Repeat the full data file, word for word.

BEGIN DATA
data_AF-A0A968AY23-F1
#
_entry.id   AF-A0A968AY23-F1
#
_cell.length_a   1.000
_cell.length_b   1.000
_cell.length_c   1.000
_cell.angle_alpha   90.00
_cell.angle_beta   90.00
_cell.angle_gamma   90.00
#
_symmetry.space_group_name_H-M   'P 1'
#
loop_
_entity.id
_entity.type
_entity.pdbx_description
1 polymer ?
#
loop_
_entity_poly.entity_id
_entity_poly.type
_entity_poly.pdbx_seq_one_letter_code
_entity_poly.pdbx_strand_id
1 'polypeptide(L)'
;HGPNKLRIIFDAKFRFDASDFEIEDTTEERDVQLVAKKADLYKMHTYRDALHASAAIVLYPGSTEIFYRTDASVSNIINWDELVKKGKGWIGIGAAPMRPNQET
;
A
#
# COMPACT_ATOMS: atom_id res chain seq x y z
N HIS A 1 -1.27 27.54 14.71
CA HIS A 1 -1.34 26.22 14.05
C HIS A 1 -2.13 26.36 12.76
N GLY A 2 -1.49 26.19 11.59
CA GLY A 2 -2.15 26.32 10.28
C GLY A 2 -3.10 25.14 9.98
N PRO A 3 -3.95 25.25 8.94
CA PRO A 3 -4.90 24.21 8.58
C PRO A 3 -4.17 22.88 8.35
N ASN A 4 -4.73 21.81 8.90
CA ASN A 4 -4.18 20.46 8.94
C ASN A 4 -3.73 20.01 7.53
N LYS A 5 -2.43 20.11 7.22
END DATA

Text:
data_AF-A0A968AY23-F1
#
_entry.id   AF-A0A968AY23-F1
#
_cell.length_a   1.000
_cell.length_b   1.000
_cell.length_c   1.000
_cell.angle_alpha   90.00
_cell.angle_beta   90.00
_cell.angle_gamma   90.00
#
_symmetry.space_group_name_H-M   'P 1'
#
loop_
_entity.id
_entity.type
_entity.pdbx_description
1 polymer ?
#
loop_
_entity_poly.entity_id
_entity_poly.type
_entity_poly.pdbx_seq_one_letter_code
_entity_poly.pdbx_strand_id
1 'polypeptide(L)'
;HGPNKLRIIFDAKFRFDASDFEIEDTTEERDVQLVAKKADLYKMHTYRDALHASAAIVLYPGSTEIFYRTDASVSNIINWDELVKKGKGWIGIGAAPMRPNQET
;
A
#
# COMPACT_ATOMS: atom_id res chain seq x y z
N HIS A 1 -1.27 27.54 14.71
CA HIS A 1 -1.34 26.22 14.05
C HIS A 1 -2.13 26.36 12.76
N GLY A 2 -1.49 26.19 11.59
CA GLY A 2 -2.15 26.32 10.28
C GLY A 2 -3.10 25.14 9.98
N PRO A 3 -3.95 25.25 8.94
CA PRO A 3 -4.90 24.21 8.58
C PRO A 3 -4.17 22.88 8.35
N ASN A 4 -4.73 21.81 8.90
CA ASN A 4 -4.18 20.46 8.94
C ASN A 4 -3.73 20.01 7.53
N LYS A 5 -2.43 20.11 7.22